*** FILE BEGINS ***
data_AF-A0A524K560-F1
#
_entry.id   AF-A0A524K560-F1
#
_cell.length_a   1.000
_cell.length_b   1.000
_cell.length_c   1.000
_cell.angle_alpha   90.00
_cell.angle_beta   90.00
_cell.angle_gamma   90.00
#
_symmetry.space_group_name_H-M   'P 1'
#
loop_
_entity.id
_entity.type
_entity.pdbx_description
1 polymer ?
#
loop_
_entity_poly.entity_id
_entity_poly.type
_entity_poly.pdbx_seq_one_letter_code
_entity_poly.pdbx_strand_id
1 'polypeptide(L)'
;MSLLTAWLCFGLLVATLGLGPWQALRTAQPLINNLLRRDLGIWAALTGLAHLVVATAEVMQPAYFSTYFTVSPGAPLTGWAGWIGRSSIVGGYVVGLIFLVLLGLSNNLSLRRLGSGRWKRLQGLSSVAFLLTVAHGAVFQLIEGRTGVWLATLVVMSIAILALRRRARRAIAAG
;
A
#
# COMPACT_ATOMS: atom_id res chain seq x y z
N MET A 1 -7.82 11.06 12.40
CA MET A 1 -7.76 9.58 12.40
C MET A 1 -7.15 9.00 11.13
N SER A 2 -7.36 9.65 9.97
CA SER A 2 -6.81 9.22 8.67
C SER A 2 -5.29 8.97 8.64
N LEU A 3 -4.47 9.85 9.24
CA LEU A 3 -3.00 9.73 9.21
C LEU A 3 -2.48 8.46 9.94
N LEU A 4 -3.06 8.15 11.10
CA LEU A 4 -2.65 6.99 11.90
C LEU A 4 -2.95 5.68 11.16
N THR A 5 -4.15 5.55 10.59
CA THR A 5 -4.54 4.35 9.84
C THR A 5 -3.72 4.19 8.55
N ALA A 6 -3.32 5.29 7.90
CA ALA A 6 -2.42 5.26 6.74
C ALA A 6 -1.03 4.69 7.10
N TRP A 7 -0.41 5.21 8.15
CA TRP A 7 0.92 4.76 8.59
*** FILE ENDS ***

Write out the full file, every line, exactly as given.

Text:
data_AF-A0A524K560-F1
#
_entry.id   AF-A0A524K560-F1
#
_cell.length_a   1.000
_cell.length_b   1.000
_cell.length_c   1.000
_cell.angle_alpha   90.00
_cell.angle_beta   90.00
_cell.angle_gamma   90.00
#
_symmetry.space_group_name_H-M   'P 1'
#
loop_
_entity.id
_entity.type
_entity.pdbx_description
1 polymer ?
#
loop_
_entity_poly.entity_id
_entity_poly.type
_entity_poly.pdbx_seq_one_letter_code
_entity_poly.pdbx_strand_id
1 'polypeptide(L)'
;MSLLTAWLCFGLLVATLGLGPWQALRTAQPLINNLLRRDLGIWAALTGLAHLVVATAEVMQPAYFSTYFTVSPGAPLTGWAGWIGRSSIVGGYVVGLIFLVLLGLSNNLSLRRLGSGRWKRLQGLSSVAFLLTVAHGAVFQLIEGRTGVWLATLVVMSIAILALRRRARRAIAAG
;
A
#
# COMPACT_ATOMS: atom_id res chain seq x y z
N MET A 1 -7.82 11.06 12.40
CA MET A 1 -7.76 9.58 12.40
C MET A 1 -7.15 9.00 11.13
N SER A 2 -7.36 9.65 9.97
CA SER A 2 -6.81 9.22 8.67
C SER A 2 -5.29 8.97 8.64
N LEU A 3 -4.47 9.85 9.24
CA LEU A 3 -3.00 9.73 9.21
C LEU A 3 -2.48 8.46 9.94
N LEU A 4 -3.06 8.15 11.10
CA LEU A 4 -2.65 6.99 11.90
C LEU A 4 -2.95 5.68 11.16
N THR A 5 -4.15 5.55 10.59
CA THR A 5 -4.54 4.35 9.84
C THR A 5 -3.72 4.19 8.55
N ALA A 6 -3.32 5.29 7.90
CA ALA A 6 -2.42 5.26 6.74
C ALA A 6 -1.03 4.69 7.10
N TRP A 7 -0.41 5.21 8.15
CA TRP A 7 0.92 4.76 8.59